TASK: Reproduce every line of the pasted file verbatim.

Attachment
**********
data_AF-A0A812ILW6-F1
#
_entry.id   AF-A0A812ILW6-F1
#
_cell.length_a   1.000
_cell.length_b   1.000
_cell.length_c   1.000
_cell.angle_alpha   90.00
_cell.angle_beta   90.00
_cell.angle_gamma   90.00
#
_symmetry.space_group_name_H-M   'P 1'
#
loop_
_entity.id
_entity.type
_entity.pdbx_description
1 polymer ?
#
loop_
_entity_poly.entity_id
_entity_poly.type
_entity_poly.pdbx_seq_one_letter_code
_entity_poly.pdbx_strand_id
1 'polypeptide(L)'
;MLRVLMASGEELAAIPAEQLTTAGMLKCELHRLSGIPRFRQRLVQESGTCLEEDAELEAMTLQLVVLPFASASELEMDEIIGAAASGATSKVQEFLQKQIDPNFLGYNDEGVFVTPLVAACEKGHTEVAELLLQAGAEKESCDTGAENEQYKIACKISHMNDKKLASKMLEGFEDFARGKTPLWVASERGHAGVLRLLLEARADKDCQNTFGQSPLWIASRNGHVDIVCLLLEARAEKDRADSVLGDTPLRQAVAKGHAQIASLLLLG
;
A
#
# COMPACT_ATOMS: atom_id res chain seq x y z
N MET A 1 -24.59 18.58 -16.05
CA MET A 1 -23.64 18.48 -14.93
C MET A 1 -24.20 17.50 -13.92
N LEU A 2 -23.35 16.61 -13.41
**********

data_AF-A0A812ILW6-F1
#
_entry.id   AF-A0A812ILW6-F1
#
_cell.length_a   1.000
_cell.length_b   1.000
_cell.length_c   1.000
_cell.angle_alpha   90.00
_cell.angle_beta   90.00
_cell.angle_gamma   90.00
#
_symmetry.space_group_name_H-M   'P 1'
#
loop_
_entity.id
_entity.type
_entity.pdbx_description
1 polymer ?
#
loop_
_entity_poly.entity_id
_entity_poly.type
_entity_poly.pdbx_seq_one_letter_code
_entity_poly.pdbx_strand_id
1 'polypeptide(L)'
;MLRVLMASGEELAAIPAEQLTTAGMLKCELHRLSGIPRFRQRLVQESGTCLEEDAELEAMTLQLVVLPFASASELEMDEIIGAAASGATSKVQEFLQKQIDPNFLGYNDEGVFVTPLVAACEKGHTEVAELLLQAGAEKESCDTGAENEQYKIACKISHMNDKKLASKMLEGFEDFARGKTPLWVASERGHAGVLRLLLEARADKDCQNTFGQSPLWIASRNGHVDIVCLLLEARAEKDRADSVLGDTPLRQAVAKGHAQIASLLLLG
;
A
#
# COMPACT_ATOMS: atom_id res chain seq x y z
N MET A 1 -24.59 18.58 -16.05
CA MET A 1 -23.64 18.48 -14.93
C MET A 1 -24.20 17.50 -13.92
N LEU A 2 -23.35 16.61 -13.41